Bisnow: Jeremiah Jensen
Japan and other foreign investors could be bringing a lot of capital to the U.S. within the next one to three years. According to The Milestone Group Managing Partner Rob Landin, Japan is sitting on trillions of dollars of capital, and the dike is about to burst.
EBI Consulting Senior Vice President, Real Estate Services Dan Spinogatti, The Milestone Group Managing Partner Rob Landin, Dalfen America Corp. President and Chief Investment Officer Sean Dalfen, Senior Managing Director Richie Butler, Granite Properties Chief Investment Officer Bill Brown and Ashford Hospitality Vice President, Investments Colin Caroll at Bisnow’s Dallas Capital Markets and 2018 Forecast event.
“A lot of the foreign tax laws have been loosened over the last couple years, making it easier for qualified investors to bring more capital into the United States and then get it back out in a more tax-efficient manner,” Landin said.
He will have his eye on Japan in particular, and thinks we could see significant investment from Japanese investors into the U.S in the next year or two.
Prescott Group Senior Managing Director Richie Butler said another item to watch is the U.S. tax bill. According to him, if it passes in or near its current form, not only will capital dollars come here, but the people with the capital will move here.
Dalfen America Corp. President and CIO Sean Dalfen at Bisnow’s Dallas Capital Markets and 2018 Forecast.
As Dallas-Fort Worth continues to grow and exhibit killer fundamentals in a business-friendly environment, a good chunk of those investment dollars will more than likely find their way here. According to Dalfen America Corp. President and Chief Investment Officer Sean Dalfen, primary markets like New York and L.A. are going to lose some of their luster to cities like Dallas.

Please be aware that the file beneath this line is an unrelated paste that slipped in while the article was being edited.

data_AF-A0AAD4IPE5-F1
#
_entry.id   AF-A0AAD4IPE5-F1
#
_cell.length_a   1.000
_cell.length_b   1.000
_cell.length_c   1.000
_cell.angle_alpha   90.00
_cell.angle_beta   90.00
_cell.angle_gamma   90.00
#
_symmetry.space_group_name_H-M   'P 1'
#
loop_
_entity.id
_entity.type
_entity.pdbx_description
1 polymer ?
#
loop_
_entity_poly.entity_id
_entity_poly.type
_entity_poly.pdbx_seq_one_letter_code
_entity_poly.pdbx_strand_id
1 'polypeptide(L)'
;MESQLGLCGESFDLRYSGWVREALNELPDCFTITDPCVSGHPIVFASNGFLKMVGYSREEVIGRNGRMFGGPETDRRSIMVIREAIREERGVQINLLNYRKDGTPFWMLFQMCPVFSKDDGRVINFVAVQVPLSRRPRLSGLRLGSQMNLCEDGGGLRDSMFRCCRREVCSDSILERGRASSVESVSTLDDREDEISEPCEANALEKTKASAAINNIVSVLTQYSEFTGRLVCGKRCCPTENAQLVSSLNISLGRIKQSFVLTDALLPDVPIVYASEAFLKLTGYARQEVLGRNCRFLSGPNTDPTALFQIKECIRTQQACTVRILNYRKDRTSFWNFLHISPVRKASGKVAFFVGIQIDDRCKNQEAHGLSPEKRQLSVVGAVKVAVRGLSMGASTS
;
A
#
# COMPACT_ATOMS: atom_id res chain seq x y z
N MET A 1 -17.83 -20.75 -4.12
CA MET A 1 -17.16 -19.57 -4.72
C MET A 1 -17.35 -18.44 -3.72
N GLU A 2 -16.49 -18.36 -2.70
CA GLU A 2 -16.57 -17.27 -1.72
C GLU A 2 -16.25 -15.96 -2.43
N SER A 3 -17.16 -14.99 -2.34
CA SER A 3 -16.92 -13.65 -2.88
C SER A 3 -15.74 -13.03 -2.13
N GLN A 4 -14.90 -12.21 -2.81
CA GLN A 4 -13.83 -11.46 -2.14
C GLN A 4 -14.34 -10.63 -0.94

“It’s easy to sell from the name and the stability of the assets, but the reality is, you can’t get the yields in those markets. It’s very difficult to make the numbers work, and people who are chasing yield, which is 95% of the investment universe, they’re going to keep coming to markets where they can see growth, and that’s gonna be Dallas,” Dalfen said.
The only fly in the ointment is Dallas’ history as a secondary and overbuilt market. Granite Properties Chief Investment Officer Bill Brown said capital behaves differently toward the coasts than it does toward Dallas because of the zero barrier to entry in Dallas. Brown warned that developers should lever appropriately and avoid swinging for the fences this late in the cycle.